Bacon Knees and Sausage Fingers is a compact and compelling two-hander, tightly written and sympathetically performed by Gary Kitching and Steve Byron. A reworked version of their well-received 2016 show, it’s the story of two men, loners by personality or circumstance, who happen to meet on the High Level Bridge in Newcastle. One is dishevelled and dirty, with bacon tied to his knees, the other has a suitcase and a dog that he doesn’t seem overly fond of. What brought them here – and what might happen now that they have met?
What starts as a production basked in the cosy glow of 70s nostalgia – fairground goldfish in plastic bags, sandshoes and Toffo sweets – darkens quickly, as each man recounts the path they have taken to this moment on the bridge. “Sausage Fingers” (Byron) was a boy marked out early by his disability and weight, but one whose natural tendency for isolation masks a bullying and petulant nature, a cruel and vengeful streak that becomes increasingly evident as his tale unfolds.
In contrast, “Bacon Knees” (Kitching) is one of nature’s victims, desperately attempting to maintain a positive slant on a life that has unravelled. An unhappy childhood, a background of abuse and a spell in prison for a crime he isn’t equipped to understand (it’s strongly suggested he has some sort of learning disability) have led to him being here, alone and abandoned by an uncaring system.
Both men excel in complex roles that are never allowed to slide into easy caricature. Director Ali Pritchard ensures the piece balances its strands of dark – often very funny – comedy and black, bleak tragedy, and keeps it from tipping too far into its own absurdism. Smartly supported by James Pickering’s design, where TV monitors offer ironic commentary on the dialogue, it teases with rose-tinted retrospection but understands full well the irony of Jim’ll Fix it being a Christmas Day TV highlight in ‘a decade when paedophiles hadn’t yet been invented’. As the men’s stories gradually unfurl, it becomes more and more obvious there never were any good old days.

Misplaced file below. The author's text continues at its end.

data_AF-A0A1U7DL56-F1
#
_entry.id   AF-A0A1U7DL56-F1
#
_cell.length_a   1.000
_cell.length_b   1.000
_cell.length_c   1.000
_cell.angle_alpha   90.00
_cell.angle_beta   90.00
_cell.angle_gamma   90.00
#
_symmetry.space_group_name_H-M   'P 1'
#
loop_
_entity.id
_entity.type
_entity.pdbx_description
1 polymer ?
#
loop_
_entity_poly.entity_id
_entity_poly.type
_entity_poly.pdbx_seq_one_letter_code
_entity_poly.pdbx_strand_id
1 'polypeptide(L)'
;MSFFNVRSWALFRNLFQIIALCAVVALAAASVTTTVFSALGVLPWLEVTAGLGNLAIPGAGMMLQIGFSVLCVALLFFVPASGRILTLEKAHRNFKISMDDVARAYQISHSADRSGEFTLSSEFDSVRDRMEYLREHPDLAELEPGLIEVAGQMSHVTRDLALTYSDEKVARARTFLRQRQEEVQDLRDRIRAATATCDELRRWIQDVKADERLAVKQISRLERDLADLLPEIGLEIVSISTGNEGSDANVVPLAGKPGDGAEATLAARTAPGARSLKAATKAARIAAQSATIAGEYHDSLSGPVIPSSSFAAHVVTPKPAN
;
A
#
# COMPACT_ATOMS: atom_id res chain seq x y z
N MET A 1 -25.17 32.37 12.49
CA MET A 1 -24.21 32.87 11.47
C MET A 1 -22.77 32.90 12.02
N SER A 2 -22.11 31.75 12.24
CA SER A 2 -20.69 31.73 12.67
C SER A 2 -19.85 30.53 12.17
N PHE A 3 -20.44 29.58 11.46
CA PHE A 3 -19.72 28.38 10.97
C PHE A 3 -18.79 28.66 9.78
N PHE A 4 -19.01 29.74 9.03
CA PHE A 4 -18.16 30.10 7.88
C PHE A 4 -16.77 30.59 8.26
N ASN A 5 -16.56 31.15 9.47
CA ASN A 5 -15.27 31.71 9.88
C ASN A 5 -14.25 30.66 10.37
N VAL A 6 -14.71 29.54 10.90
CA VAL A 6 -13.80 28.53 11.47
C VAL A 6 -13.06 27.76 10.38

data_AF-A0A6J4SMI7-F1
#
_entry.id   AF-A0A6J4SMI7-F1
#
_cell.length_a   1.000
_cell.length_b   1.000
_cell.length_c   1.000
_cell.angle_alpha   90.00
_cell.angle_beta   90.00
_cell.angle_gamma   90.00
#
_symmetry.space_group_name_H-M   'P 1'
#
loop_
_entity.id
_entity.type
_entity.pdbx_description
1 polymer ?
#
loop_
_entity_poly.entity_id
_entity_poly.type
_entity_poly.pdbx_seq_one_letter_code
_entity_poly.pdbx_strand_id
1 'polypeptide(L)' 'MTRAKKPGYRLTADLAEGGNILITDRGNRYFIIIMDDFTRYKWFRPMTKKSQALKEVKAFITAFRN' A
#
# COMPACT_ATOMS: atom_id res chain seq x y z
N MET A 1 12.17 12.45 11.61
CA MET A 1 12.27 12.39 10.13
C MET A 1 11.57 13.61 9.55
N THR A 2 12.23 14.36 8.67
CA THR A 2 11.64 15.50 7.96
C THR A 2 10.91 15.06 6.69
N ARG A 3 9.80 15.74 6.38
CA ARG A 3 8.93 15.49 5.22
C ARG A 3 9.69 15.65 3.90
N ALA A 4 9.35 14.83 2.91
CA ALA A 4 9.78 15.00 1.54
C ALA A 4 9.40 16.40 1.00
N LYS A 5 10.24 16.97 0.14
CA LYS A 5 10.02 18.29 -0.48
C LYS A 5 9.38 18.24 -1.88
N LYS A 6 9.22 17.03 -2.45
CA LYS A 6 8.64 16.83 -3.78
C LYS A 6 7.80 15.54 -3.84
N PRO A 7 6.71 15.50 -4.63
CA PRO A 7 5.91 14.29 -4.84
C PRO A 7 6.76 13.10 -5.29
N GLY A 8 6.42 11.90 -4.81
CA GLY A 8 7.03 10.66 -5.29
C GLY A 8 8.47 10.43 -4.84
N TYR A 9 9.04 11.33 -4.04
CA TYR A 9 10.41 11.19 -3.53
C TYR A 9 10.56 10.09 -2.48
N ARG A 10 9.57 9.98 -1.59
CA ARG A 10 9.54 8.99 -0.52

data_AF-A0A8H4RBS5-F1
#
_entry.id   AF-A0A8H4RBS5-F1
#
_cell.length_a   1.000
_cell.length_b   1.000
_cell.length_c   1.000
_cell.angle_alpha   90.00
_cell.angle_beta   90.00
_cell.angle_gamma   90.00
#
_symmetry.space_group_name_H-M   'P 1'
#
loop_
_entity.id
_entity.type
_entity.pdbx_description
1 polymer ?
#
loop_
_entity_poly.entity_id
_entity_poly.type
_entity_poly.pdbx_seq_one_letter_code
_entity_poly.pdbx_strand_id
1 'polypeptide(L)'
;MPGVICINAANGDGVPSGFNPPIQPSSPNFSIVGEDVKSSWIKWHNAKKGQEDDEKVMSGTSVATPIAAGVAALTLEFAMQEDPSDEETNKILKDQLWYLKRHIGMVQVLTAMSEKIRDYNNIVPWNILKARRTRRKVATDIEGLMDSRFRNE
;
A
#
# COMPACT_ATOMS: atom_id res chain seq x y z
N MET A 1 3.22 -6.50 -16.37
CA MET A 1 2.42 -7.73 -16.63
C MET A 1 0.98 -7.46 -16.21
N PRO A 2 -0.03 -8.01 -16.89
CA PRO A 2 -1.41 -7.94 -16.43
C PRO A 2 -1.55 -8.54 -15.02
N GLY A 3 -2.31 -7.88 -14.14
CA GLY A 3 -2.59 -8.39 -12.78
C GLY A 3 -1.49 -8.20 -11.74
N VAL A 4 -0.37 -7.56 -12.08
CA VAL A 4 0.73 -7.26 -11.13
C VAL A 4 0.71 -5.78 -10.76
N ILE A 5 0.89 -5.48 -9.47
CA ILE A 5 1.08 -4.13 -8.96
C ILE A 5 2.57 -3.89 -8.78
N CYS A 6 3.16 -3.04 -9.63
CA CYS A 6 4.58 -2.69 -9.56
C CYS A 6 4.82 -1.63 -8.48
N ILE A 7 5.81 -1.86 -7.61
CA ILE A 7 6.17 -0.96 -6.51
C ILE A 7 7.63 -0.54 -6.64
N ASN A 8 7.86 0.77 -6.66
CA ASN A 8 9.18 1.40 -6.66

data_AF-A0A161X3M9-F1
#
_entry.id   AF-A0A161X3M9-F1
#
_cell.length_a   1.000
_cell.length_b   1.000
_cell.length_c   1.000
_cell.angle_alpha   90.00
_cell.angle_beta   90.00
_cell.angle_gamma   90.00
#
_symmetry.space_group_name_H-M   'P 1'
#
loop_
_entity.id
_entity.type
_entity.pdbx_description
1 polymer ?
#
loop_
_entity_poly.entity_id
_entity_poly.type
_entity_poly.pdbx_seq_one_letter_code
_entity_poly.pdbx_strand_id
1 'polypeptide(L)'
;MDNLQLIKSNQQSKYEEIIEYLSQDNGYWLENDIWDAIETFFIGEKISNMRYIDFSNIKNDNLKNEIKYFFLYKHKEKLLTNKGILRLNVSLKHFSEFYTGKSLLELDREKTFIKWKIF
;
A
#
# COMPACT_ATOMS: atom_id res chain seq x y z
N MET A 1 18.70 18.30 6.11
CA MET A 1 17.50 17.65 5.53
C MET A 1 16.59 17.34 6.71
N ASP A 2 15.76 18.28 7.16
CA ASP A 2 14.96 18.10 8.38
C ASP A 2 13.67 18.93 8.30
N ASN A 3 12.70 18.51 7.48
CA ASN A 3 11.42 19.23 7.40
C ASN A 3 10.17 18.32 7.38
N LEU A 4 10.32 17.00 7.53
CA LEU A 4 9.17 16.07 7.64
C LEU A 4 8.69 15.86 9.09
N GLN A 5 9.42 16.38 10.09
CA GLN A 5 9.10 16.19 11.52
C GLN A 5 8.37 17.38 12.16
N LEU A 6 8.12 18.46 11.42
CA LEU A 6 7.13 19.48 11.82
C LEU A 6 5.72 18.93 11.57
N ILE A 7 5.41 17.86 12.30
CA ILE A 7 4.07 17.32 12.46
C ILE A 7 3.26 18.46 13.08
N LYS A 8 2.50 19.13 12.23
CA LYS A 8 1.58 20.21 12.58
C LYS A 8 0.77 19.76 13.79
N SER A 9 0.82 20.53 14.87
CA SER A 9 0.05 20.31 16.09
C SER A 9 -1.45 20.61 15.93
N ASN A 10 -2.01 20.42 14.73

Their one fateful interaction is slowly built up, unpicked line by line, their conversation repeated, condensed, replayed as punctuation, each part of it is brought slowly into focus by their backstories. It’s a gimmick that starts to wear a little thin towards the end, but the piece has the sense to quit while it’s ahead, releasing all its pent up tension in a powerful and shocking denouement that nevertheless avoids any sense of pandering to a misery tourist’s taste for voyeuristic thrills.
The show is something of an experiment for Alphabetti, a new writing focused theatre which tends to cater to one-off nights and much shorter runs. As part of its Arts Council funded writing and development programme, it is offering a chance for artists to stage ‘response pieces’ to the main show: a short set after the interval featuring work developed over a week or so, with the help of a mentor. This week’s piece was by poet / musician Diji Solanke (and friends), focusing on the damaged childhood at the heart of the play. Future responses are by two local companies: drag ensemble Bonnie & The Bonnettes and the charity theatre group The Twisting Ducks, which works with people who have learning disabilities or autism. Combined with the theatre’s Pay What You Feel philosophy, it’s a genuine effort at local engagement and, on this evidence, it’s an experiment that deserves every success.
Bacon Knees and Sausage Fingers is on at the Alphabetti until 23rd February. More info here.